Should We Use MSAs, CBSAs, Metro Divisions, or Something Else Entirely?
Believe it or not, we get this question ALL OF THE TIME from lenders confused by the various data collection levels available and how much detail they need.
The short answer is that the granularity of data you should look at depends on your business needs. Are you measuring loan officer production countywide? Forecasting census tract-level opportunity? Looking at potential market share across the state or country?
Each business query requires a specific level of granularity and intelligent tools to manipulate that data into actionable intelligence.
Some Geographic Basics
iEmergent uses census tract data as a baseline because it is the smallest area of geographic data available for HMDA loan-level reporting. Census tracts roll up into larger geographic areas that, in turn, are combined into even larger ones.
The following are the most common geographic boundaries (smallest to largest) that are often used by lenders:
Property level shows individual properties, streets and neighborhoods.
Census tracts are small, relatively permanent statistical subdivisions of a county updated by local participants prior to each decennial census as part of the Census Bureau’s Participant Statistical Areas Program. Populations range from 1,200 to 8,000.
County, State or U.S. contains data only within those boundaries.
Micropolitan statistical areas have at least one urban cluster of at least 10,000 but less than 50,000, plus adjacent territory with a high degree of social and economic integration with the core as measured by commuting ties.
Metropolitan statistical areas (MSAs) have at least one urbanized area with a population of 50,000 or more, plus adjacent territory with a high degree of social and economic integration with the core as measured by commuting ties.
Core based statistical areas (CBSAs) is a collective term used for Metropolitan and Micropolitan Statistical Areas.
Metropolitan division (MD) is a county or counties within a large MSA. An MD will have an employment center or centers, plus adjacent counties associated with the main/secondary county or counties through commuting ties and a population of at least 2.5 million.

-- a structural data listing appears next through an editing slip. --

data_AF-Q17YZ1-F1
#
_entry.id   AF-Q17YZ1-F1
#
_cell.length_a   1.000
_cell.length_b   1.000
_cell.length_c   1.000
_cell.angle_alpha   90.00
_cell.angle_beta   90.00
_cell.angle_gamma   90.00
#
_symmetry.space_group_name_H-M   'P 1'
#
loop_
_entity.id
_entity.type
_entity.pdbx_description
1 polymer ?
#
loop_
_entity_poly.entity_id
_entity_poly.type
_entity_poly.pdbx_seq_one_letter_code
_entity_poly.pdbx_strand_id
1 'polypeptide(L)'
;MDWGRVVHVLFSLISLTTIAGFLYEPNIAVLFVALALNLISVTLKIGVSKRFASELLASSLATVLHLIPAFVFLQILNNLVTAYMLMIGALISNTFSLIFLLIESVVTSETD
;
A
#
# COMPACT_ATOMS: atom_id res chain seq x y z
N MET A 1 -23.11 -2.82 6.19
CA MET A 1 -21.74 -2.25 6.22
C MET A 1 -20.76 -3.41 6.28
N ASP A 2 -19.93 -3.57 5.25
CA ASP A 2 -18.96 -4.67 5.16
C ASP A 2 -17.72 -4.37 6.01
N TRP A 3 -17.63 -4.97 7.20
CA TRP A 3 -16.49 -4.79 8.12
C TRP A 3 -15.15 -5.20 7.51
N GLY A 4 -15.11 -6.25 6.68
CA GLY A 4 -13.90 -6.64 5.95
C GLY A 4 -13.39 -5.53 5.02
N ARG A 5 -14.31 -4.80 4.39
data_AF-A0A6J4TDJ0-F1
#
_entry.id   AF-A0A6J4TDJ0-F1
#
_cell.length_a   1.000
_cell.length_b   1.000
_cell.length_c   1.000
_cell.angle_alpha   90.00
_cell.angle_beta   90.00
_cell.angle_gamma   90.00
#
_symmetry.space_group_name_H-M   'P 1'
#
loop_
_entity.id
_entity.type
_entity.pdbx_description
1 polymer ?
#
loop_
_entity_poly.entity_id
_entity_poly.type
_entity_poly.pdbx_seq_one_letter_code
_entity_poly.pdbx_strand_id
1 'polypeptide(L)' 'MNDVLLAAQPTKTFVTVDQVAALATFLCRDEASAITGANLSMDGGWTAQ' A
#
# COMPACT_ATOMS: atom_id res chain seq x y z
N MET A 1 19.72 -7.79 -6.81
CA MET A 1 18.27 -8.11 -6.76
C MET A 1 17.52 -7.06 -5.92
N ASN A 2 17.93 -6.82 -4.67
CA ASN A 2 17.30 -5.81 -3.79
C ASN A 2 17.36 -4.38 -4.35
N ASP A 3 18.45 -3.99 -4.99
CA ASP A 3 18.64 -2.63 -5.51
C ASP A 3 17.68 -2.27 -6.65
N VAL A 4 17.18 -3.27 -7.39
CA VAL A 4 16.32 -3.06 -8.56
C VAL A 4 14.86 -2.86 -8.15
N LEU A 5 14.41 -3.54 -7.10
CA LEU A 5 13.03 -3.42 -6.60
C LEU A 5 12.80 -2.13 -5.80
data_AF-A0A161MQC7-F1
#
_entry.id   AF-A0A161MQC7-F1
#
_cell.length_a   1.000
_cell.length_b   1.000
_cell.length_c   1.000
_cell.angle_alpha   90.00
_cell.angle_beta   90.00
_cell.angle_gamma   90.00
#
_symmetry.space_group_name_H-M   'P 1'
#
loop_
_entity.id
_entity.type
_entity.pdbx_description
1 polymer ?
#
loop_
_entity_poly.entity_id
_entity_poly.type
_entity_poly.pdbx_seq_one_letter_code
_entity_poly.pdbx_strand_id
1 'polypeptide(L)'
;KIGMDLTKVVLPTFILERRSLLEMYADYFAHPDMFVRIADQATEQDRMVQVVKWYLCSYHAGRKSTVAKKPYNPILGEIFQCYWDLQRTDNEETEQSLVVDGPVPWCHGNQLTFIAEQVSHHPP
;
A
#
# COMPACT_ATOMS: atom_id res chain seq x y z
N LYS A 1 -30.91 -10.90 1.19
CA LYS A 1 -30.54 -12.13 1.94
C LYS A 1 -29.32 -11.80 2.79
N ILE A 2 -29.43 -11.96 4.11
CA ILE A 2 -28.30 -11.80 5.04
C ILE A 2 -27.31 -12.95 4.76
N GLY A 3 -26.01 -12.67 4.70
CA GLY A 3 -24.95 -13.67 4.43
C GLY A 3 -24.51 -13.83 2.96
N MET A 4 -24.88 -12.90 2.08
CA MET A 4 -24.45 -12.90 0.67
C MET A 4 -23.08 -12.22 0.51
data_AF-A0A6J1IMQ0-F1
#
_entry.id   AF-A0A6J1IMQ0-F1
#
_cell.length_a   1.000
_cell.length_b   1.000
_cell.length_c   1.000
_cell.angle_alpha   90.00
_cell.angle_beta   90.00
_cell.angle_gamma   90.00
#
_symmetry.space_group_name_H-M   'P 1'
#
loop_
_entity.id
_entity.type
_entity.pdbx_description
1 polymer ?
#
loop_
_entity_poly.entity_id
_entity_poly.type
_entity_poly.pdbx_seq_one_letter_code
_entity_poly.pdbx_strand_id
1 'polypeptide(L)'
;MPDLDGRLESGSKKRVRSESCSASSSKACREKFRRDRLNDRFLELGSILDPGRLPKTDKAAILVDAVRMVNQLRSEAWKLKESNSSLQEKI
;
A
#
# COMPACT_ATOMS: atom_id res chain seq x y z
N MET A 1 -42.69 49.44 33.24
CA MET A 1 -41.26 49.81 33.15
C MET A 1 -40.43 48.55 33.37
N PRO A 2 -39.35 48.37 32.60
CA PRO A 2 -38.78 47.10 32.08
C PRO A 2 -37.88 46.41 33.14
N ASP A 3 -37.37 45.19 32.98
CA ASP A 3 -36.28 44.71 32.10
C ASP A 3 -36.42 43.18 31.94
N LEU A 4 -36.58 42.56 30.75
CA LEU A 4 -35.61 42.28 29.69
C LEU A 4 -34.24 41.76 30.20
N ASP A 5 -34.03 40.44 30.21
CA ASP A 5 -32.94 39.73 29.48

Combined statistical areas (CSAs) consist of two or more adjacent CBSAs with significant employment and commuting ties.
Some examples for the geographies that we use the most: Census tracts roll up into counties which roll up into states. Counties also roll up into MSAs, when possible, which can be included in CBSAs.
If you really want to nerd out on how these geographical areas are combined, check out this presentation from the U.S. Census Bureau.
Clear as Mud?
Those definitions may be confusing, so here’s an example:
In this video, we use Mortgage MarketSmart to look at the Washington-Arlington-Alexandria, DC-VA-MD-WV CBSA. First, we see the CBSA boundaries. Then, we look at the counties within the CBSA. Then we drill down further to the census tracts inside Washington, DC. Then, finally, we see all of the census tract boundaries in the CBSA.
That’s a look at how the Washington, DC, area looks at various levels of detail.
These designations matter when it comes to making smart decisions at the neighborhood level and up to the regional level. That’s why Mortgage MarketSmart, our market intelligence and visualization tool, combines iEmergent’s robust forecasts, external data sources, dynamic maps, and simple tools to help lenders focus on just a few neighborhoods or look at the whole U.S., depending on your business needs.
The iEmergent Approach
With all these geographic options, how do we code them in Mortgage MarketSmart? First and foremost, we build our forecasts from the census tract up, and we also use census tracts for current and historical data. Learn more about our mortgage forecasting methodology.
Census tracts roll up into counties, so we can provide county-level data by combining data for the tracts in each county. We take the same approach for MSAs and CBSAs—generate those numbers from the census tract data within them.